Innovating Public-Private Partnerships with the Governor of Colorado
In our time at Kellogg, there have been no shortage of engaging and unique experiences, but among all the trips across the globe and thought-provoking coursework, one opportunity stands out among the rest. Being selected to participate in the first Kellogg Innovation Network (KIN) challenge was truly distinctive because it allowed us to draw on some of our coursework and personal experiences to work directly with the Governor of Colorado on a real issue facing his state.
The KIN can be described as a community of thought and growth leaders from around the world. In 2014, the KIN launched a new program called the KIN Challenge that was designed to offer Kellogg students the opportunity to solve complex problems facing the Challenge sponsors.
The 2014 KIN challengers included Esther Dyson, Ann Hand and Governor John Hickenlooper. The challenge initially proposed by Governor Hickenlooper’s office focused on developing an innovative public-private partnership model (PPP or P3) to harness private sector investment for large capital works projects (infrastructure, public housing, energy-related projects etc.). Governor Hickenlooper’s team was specifically looking for recommendations on how to create an institutional entity/legislative body that could develop PPP proposals and attract capital for such projects.
We (Natalie Bookey-Baker, Devi Raja, Mukul Sharma and Sandeep Satish) were quickly drawn to Governor Hickenlooper’s prompt regarding public-private partnerships because of our passion and experience with the issue. Though we come from diverse backgrounds (consulting, public policy, non-profit and investment banking), we all believe that this intersection of public and private enterprises is essential to a thriving community and country.
After making it past the first round of application screenings and semi-finalist interviews, our team was chosen for Governor Hickenlooper’s challenge on March 14th.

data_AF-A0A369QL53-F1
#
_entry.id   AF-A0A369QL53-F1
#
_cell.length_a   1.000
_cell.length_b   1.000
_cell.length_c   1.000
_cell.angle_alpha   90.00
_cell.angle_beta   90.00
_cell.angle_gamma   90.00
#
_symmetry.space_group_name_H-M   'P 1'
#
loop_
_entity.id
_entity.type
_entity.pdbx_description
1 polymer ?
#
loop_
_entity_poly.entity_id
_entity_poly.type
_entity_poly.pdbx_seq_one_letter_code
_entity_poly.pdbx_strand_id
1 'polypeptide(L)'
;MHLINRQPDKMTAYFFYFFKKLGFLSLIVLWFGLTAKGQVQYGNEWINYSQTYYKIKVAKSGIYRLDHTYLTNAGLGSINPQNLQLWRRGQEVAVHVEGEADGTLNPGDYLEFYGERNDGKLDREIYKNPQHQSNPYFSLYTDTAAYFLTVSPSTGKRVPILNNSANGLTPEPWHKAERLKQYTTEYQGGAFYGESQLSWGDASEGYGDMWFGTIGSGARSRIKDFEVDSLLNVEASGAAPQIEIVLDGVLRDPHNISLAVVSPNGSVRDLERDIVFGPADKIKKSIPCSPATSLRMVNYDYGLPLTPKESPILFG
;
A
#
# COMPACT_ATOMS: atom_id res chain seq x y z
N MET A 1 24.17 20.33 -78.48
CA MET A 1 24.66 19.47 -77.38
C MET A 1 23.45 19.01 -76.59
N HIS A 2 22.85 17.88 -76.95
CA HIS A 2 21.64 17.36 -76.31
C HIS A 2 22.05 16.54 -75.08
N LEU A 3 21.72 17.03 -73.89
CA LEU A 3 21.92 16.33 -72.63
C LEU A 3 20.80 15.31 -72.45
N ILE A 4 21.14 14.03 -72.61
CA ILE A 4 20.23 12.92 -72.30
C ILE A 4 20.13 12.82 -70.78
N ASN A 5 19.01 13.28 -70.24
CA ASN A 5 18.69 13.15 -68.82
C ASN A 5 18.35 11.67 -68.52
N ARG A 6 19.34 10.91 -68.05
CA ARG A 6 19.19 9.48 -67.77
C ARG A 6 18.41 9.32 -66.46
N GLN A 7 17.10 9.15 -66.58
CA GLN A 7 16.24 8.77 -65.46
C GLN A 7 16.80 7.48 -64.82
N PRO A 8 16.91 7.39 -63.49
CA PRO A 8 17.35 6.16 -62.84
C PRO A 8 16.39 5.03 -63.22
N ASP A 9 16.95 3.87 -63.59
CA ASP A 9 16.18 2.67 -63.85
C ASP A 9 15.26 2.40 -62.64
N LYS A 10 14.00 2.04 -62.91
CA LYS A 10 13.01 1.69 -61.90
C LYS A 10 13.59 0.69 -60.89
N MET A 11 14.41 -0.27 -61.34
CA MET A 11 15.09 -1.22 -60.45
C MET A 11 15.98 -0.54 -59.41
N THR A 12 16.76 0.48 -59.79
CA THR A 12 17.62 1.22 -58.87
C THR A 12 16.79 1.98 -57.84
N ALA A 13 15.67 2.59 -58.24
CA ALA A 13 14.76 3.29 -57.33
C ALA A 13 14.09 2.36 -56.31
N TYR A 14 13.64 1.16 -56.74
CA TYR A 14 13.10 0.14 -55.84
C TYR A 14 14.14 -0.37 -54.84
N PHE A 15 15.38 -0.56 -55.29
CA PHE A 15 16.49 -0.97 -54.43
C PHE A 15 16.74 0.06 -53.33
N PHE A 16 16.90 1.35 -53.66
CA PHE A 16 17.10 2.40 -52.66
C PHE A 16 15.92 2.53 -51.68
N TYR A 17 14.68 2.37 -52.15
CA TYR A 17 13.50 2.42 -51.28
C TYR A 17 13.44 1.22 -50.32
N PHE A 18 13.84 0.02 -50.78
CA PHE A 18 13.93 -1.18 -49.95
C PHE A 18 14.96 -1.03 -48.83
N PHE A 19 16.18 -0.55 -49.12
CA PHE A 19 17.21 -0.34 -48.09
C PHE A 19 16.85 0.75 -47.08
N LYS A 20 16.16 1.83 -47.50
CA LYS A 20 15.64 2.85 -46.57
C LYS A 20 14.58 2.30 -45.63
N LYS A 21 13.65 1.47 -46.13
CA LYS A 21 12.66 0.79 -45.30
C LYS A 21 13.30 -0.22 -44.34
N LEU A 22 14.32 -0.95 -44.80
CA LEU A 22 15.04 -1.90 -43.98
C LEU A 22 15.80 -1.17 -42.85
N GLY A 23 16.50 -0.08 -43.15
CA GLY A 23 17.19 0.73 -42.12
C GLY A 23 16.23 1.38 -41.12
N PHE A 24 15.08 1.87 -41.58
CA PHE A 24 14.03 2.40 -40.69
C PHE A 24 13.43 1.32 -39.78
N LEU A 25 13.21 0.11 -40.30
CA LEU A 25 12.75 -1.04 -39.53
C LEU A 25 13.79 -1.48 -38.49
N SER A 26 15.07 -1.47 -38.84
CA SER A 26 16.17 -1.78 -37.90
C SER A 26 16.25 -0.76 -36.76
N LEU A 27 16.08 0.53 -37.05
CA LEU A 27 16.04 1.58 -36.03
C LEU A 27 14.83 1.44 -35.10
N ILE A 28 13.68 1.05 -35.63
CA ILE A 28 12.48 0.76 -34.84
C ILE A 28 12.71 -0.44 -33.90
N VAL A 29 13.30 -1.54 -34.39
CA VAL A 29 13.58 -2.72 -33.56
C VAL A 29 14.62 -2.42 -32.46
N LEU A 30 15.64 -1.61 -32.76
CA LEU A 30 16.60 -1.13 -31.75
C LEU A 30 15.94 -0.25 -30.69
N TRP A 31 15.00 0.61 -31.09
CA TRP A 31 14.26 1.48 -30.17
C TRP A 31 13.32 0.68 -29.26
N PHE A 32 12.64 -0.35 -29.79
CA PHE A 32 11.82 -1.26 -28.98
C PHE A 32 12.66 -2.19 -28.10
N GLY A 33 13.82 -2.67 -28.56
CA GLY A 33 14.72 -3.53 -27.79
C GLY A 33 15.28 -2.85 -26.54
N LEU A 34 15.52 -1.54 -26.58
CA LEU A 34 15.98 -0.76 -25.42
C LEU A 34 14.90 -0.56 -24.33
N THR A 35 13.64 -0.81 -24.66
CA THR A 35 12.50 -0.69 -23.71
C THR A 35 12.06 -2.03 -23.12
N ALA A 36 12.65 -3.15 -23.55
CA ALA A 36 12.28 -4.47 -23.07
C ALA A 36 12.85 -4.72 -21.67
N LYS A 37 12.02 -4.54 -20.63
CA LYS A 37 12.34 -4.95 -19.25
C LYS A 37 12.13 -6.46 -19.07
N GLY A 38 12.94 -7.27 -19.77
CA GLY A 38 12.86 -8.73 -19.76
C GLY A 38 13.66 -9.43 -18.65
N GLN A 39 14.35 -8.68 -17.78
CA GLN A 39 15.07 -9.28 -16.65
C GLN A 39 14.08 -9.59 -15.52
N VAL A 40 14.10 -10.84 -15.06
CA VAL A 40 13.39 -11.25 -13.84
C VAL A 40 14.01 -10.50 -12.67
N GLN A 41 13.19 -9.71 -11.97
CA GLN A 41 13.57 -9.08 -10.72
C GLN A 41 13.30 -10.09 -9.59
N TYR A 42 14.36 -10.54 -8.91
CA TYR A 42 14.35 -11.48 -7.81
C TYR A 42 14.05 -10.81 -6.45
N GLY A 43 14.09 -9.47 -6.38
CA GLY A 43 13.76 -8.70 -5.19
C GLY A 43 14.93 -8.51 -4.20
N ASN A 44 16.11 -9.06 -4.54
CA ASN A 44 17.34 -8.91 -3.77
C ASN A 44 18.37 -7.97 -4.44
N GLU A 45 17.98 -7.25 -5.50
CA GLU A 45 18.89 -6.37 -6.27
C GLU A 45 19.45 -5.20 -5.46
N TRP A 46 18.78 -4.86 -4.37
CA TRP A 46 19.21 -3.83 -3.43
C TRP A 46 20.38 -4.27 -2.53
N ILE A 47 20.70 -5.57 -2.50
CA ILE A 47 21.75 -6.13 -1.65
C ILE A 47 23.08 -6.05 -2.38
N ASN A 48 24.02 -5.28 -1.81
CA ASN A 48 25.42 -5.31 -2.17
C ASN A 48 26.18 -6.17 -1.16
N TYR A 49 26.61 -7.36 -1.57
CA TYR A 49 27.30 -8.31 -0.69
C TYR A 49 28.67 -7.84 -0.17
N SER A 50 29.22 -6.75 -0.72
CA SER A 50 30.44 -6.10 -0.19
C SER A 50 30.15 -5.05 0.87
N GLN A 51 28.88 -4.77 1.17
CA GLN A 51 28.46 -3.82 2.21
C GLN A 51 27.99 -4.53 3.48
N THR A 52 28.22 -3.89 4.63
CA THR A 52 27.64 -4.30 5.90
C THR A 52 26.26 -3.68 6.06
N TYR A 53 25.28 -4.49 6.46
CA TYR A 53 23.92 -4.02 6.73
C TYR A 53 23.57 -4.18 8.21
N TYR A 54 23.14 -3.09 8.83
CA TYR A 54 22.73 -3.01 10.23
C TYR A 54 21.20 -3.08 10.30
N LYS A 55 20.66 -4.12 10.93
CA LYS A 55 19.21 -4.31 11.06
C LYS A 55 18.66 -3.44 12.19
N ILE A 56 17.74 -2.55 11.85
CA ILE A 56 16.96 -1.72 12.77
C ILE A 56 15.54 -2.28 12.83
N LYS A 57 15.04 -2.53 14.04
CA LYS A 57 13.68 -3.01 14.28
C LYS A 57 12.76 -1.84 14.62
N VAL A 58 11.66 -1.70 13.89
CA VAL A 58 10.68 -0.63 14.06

Once we were selected, our team utilized experience from our backgrounds, first-hand market research through our travels, and interviews with Kellogg administration and faculty to craft a strategic plan for the Governor. We attended several “Innovation Sessions” on and off campus, including a visit to Leo Burnett to help develop our final project.
We had the privilege of visiting Governor Hickenlooper in his offices at the Colorado State Capital Building in Denver to share our initial findings and hear about his interests and goals regarding this project. He gave us great feedback on what we had done and we were happy to learn they were already moving toward some of the recommendations we had put in our initial drafts! Even though our visit was short, we learned the Governor was not only concerned about the financing structure, but also with gaining buy-in from constituents who lacked confidence in the P3 model.
Upon returning from Colorado with renewed energy in the project, we pivoted slightly to include additional marketing frameworks and unique partnership ideas that could address the Governor’s concerns. Ultimately, we crafted a final solution around creating a Center of Excellence focused on becoming the main hub of all PPP innovation through incremental public engagement, global learnings from other PPP centers and synergies between key public and private stakeholders.
We were truly honored to work with the Governor and his team, and especially thrilled to hear back from the team that they planned to explore implementation of some of our findings!
Alan Salazar, the chief strategy officer for the Governor, said after the project: “For states like Colorado that have constitutional constraints on public revenue and spending, private-public partnerships (P3s) are an important tool for financing critical infrastructure needs. The KIN student team that won helped us identify barriers, refine issues and helped us understand the broader policy landscape and potential for P3s. We intend to build on the KIN team’s work on this topic to pursue P3 governance legislation next year.”
This would have been a valuable experience even if the Governor and his team had not looked at our work, but receiving this feedback made it all the more meaningful. We are so proud to have been a part of the first set of KIN Challengers.
Related reading: Colorado Governor talks business and politics at Kellogg
Natalie Bookey Baker is a second-year student in Kellogg’s Full-Time Two-Year MBA Program. Prior to Kellogg she was the Associate Deputy Director in the Office of the Social Secretary at the White House, where she helped plan all events hosted by the President and First Lady.
Sandeep Satish is a second-year student in Kellogg’s Full-Time Two-Year Program. Prior to moving to Evanston, he worked in investment banking at Citigroup in New York City. This summer, he interned with Major League Baseball at the Commissioner’s Office and hopes to stay in sports business after graduation.